We briefly mention four of the more common methods, starting with self-learning (sometimes also called the Yarowsky-algorithm). This is a wrapper algorithm that initializes the learner based on the labeled data, updates the labels for the unlabelled data, and then retrains based on all labeled data available, possibly iterating this procedure Scudder65; Blum1998; Abney2004. Secondly, generative model approaches maximise the likelihood of a generative model

(1)

While this is a hard optimization problem due to the latent variables , a local optimum can be found via the expectation maximisation algorithm (EM) dempster1977maximum. The third class of common methods we mention are the graph-based approaches. These construct a similarity-based graph representation of the data and propagate labels to neighbours in this graph zhu2002learning; zhu2003semi; zhou2004learning. Finally, transductive SVMs assign labels which maximise a (soft) margin over labelled and unlabelled data while minimizing a regularized risk on the labelled data vapnik1998; joachims1999transductive.

2.2 Causality

Despite data showing a positive correlation between chocolate consumption and the number of Nobel prizes per capita messerli2012chocolate, we would not expect that force-feeding the population chocolate would result in higher research output. The correlation in this example may make chocolate consumption a useful predictor in an i.i.d. setting, but it does not allow one to answer interventional questions of the form “what would happen if we actively changed some of the variables?”.

This notion of intervention is at the heart of the difference between correlation and causation. While much of machine learning is concerned with using correlations between variables to make predictions, reichenbach1956direction has argued that such correlations always result from underlying causal relationships: statistical dependence is an epiphenomenon—a by-product of a causal process.111For the given example, a possible causal explanation for the observed correlation would be that a healthy economy acts as a common cause for both chocolate consumption and a good education system.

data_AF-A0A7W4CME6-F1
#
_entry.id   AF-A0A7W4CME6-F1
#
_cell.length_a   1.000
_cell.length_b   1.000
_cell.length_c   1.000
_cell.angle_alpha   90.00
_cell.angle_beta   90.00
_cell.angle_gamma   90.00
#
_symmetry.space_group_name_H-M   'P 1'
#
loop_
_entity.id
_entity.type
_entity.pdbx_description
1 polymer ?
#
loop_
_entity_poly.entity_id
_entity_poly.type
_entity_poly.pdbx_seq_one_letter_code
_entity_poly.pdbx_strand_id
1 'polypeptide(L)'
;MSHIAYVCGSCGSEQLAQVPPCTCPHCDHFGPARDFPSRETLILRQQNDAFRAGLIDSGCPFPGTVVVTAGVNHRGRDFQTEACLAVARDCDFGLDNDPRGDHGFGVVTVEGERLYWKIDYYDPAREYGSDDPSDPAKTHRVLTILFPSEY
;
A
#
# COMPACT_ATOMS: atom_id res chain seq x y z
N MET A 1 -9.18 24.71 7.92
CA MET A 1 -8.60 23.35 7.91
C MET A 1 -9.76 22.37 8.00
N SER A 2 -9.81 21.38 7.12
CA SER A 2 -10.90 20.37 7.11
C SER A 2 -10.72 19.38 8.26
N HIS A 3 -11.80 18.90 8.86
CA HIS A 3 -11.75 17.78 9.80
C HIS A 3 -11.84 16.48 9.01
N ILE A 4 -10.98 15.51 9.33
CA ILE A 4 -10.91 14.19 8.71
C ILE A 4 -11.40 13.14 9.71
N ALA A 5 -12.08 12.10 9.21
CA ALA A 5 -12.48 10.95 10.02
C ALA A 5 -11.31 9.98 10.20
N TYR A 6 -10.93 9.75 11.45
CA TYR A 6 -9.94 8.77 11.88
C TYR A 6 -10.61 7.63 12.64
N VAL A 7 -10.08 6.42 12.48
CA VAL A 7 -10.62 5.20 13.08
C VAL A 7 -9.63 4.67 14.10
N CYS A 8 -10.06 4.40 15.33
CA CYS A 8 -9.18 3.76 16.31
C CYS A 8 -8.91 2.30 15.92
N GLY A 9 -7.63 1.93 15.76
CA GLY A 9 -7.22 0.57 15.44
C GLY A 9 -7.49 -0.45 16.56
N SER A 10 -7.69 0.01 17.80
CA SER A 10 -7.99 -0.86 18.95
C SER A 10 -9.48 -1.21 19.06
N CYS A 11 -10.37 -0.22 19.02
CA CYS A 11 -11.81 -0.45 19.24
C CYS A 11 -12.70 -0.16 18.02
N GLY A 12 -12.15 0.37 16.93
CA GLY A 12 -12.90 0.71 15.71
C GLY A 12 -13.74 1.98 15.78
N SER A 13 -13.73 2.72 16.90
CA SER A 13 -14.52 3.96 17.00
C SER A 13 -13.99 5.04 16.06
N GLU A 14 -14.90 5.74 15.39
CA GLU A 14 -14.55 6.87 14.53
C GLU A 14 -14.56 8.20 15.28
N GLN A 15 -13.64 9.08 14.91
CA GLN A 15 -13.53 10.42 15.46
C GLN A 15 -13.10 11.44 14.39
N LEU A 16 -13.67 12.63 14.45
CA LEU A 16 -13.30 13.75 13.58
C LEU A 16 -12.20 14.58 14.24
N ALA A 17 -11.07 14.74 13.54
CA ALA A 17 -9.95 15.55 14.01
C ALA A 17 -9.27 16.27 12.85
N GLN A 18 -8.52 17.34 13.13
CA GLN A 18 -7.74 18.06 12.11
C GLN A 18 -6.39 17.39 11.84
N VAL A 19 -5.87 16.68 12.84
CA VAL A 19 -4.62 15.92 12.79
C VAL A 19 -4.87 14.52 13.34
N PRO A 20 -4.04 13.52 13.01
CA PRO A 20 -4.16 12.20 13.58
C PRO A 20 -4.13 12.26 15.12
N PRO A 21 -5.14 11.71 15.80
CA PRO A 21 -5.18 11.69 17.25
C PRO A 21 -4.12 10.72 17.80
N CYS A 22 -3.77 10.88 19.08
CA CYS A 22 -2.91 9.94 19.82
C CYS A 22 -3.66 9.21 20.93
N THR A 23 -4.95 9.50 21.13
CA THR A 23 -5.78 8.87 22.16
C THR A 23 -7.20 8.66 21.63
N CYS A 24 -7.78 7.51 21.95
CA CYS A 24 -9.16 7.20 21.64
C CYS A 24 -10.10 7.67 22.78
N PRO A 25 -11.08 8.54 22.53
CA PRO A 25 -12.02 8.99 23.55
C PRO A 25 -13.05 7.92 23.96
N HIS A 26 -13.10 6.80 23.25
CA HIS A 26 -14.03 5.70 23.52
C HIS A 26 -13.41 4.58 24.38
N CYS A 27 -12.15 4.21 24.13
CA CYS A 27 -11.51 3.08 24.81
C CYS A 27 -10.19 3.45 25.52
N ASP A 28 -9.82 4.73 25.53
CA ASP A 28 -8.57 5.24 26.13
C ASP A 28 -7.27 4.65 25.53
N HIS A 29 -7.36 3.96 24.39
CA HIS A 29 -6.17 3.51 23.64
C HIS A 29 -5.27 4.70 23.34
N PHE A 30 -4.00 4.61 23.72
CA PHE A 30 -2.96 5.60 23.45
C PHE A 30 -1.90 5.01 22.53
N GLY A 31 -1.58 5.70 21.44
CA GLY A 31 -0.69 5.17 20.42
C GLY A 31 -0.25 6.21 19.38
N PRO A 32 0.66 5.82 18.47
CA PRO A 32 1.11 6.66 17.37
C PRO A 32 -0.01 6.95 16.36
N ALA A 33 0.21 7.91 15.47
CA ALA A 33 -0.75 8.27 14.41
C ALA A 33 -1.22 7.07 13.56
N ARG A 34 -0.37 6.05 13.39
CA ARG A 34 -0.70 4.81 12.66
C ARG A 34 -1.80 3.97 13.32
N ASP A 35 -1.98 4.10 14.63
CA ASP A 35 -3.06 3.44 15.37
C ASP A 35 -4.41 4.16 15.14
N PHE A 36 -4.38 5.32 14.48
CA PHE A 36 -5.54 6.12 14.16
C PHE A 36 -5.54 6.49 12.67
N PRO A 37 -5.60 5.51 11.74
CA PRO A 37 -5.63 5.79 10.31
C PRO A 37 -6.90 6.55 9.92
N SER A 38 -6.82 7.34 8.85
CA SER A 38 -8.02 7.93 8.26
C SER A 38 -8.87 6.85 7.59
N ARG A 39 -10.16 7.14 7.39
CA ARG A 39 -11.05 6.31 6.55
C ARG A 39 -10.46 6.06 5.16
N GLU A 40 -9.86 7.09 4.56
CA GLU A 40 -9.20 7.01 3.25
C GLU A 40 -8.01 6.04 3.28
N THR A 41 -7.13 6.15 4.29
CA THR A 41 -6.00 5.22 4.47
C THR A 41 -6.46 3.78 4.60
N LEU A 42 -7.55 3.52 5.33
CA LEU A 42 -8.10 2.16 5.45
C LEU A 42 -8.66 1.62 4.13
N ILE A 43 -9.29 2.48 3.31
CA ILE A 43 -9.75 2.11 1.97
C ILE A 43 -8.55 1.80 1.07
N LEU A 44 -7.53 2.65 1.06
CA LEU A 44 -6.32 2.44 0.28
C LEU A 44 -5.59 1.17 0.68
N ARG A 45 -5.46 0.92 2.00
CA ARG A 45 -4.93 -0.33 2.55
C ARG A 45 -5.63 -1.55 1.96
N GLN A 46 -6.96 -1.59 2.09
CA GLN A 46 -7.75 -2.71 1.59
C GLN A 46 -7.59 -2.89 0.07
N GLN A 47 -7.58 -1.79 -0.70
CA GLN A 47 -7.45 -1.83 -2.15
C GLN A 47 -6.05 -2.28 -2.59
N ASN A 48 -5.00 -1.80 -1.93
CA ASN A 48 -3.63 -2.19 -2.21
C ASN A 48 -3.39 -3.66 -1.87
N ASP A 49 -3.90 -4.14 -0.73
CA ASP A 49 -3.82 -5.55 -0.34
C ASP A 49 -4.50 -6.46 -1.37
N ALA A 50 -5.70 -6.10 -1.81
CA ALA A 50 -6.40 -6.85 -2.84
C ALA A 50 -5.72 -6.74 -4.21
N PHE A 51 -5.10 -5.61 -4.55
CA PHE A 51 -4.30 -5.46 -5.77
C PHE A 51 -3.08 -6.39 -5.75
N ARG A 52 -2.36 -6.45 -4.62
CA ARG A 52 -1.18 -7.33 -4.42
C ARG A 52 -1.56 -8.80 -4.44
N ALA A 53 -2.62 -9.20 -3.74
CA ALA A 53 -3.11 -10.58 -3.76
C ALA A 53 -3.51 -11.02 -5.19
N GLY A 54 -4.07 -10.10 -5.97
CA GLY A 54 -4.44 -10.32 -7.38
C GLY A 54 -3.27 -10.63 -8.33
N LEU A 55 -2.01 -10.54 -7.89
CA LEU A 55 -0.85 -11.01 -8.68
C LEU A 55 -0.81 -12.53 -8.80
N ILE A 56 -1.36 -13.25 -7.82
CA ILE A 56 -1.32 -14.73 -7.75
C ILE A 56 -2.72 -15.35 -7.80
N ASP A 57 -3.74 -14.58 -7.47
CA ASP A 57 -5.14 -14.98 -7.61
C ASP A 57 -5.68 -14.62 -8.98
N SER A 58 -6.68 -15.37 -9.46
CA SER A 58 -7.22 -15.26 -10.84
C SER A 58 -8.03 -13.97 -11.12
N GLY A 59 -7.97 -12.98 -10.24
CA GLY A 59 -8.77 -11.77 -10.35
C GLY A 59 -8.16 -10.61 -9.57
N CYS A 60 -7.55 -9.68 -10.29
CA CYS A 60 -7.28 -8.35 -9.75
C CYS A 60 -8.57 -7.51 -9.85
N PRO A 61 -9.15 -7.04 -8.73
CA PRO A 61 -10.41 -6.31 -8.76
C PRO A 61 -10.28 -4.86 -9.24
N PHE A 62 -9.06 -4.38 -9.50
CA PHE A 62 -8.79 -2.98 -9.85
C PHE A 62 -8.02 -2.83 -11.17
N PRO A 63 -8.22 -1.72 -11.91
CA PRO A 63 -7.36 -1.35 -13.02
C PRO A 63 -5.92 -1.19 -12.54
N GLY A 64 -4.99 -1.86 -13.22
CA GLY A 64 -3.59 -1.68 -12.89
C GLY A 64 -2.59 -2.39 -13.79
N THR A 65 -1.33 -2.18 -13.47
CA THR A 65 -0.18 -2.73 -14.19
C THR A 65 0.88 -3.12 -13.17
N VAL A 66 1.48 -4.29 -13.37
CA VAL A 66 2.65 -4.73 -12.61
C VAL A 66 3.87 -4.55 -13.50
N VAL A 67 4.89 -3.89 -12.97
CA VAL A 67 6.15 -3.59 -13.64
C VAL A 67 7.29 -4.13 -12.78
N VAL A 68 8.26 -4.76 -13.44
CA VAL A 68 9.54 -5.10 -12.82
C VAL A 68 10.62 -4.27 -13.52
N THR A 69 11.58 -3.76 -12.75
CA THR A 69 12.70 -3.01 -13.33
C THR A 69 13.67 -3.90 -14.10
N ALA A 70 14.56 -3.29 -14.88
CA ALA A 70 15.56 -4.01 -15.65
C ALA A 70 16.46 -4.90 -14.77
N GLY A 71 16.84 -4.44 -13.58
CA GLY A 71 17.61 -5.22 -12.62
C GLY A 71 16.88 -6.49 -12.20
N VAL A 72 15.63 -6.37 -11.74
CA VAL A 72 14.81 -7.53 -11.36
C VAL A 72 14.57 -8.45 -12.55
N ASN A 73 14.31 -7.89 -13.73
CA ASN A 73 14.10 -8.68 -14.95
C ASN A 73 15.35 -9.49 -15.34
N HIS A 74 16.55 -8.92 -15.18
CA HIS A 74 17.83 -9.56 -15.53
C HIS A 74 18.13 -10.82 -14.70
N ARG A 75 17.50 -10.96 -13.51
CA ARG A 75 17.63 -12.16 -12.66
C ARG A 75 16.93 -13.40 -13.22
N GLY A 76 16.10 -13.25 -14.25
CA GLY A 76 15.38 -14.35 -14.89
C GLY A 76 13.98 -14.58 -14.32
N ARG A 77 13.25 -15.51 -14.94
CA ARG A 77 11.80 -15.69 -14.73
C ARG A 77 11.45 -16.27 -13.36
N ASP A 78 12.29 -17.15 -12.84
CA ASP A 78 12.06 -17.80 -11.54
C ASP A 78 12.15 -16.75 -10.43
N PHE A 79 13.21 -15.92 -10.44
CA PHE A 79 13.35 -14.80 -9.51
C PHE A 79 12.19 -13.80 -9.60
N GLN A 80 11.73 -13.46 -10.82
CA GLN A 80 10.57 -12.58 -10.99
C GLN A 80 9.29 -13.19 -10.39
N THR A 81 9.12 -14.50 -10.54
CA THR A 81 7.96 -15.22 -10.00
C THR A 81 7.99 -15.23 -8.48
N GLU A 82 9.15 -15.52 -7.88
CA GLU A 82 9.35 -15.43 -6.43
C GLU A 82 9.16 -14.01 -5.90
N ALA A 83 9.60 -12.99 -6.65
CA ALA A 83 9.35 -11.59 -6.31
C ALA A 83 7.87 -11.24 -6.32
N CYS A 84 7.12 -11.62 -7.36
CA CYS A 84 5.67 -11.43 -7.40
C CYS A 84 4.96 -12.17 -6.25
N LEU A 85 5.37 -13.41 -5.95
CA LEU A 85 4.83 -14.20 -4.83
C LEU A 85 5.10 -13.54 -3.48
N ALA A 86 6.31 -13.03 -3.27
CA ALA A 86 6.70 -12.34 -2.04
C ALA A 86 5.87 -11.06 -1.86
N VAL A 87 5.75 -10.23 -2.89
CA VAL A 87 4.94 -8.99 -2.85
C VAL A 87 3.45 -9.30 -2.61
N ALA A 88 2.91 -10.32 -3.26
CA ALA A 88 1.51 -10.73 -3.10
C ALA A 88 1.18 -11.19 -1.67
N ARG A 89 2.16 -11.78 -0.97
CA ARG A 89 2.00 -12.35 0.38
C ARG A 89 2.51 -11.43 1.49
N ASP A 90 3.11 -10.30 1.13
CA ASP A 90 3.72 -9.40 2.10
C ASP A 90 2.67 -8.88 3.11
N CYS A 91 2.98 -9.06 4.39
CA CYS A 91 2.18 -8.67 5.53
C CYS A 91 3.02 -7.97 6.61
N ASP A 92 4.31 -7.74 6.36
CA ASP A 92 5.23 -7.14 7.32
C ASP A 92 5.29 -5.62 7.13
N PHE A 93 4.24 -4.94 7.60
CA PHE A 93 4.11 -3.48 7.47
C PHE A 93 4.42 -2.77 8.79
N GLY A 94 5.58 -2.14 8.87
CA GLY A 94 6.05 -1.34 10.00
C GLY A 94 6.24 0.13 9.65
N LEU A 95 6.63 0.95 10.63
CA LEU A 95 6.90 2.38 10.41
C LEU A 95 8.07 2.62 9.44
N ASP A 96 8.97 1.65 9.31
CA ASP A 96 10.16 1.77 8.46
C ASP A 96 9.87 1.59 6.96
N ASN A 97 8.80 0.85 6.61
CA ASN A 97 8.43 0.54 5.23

Structural causal model (SCM)

To reason about causality in SSL, we adopt the SCM framework Pearl2000 which defines a causal model over variables as: (i) a collection of structural assignments , where are deterministic functions computing variable from its causal parents

; and (ii) a factorizing joint distribution over the unobserved noise variables

. Together, (i) and (ii) define a causal generative process and imply an observational joint distribution over which factorises over the causal graph222The causal graph is obtained by drawing a directed edge from each node in (i.e, the direct causes of ) to for all . We assume throughout that is acyclic. as:

(2)
(a) IGCI model for , taken from janzing2012information

(b) Causal learning

(c) Anticausal learning
Figure 1: (a) Illustration of the idea of ICM: if the distribution of the cause is chosen independently of the mechanism , then this independence is violated in the backward direction as contains information about . In a causal learning setting (b) SSL is thus impossible as contains no information about , whereas in an anticausal learning setting (c) may contain information about and SSL is, in principle, possible.

Principle of independent causal mechanisms (ICM)

Motivated by viewing the in the definition of SCMs as independent physical mechanisms of nature, ICM states that “the causal generative process (…) is composed of independent and autonomous modules that do not inform or influence each otherPeters2017. In other words, the conditional distributions of each variable given its parents, , in eq. (2) are independent modules which do not share information. Note that this notion of independence is different from statistical independence (indeed, variables can still be statistically dependent), but it can be formalized as an algorithmic independence of distributions. Intuitively, two distributions are considered algorithmically independent if encoding them jointly does not admit a shorter description than describing each of them separately. In this case we say that they do not share information. This notion has been formalized in terms of Kolmogorov complexity (or Algorithmic Information) by Janzing2010 who show that when is a cause of , ,

Here, the notation

refers to a constant due to the choice of a Turing machine in the definintion of algorithmic information. For the bivariate setting, ICM reduces to an

independence of cause and mechanism daniuvsis2010inferring; Lemeire2006. This is illustrated in Fig. 0(a) using the information geometric causal inference (IGCI) model janzing2012information for in which a deterministic invertible function generates effect from cause . If the input distribution of the cause, , is chosen independently from the mechanism (or more generally, ), then this independence is violated in the backward (non-causal) direction, since has large density where has small slope and thereby contains information about .

2.3 Causal and anticausal learning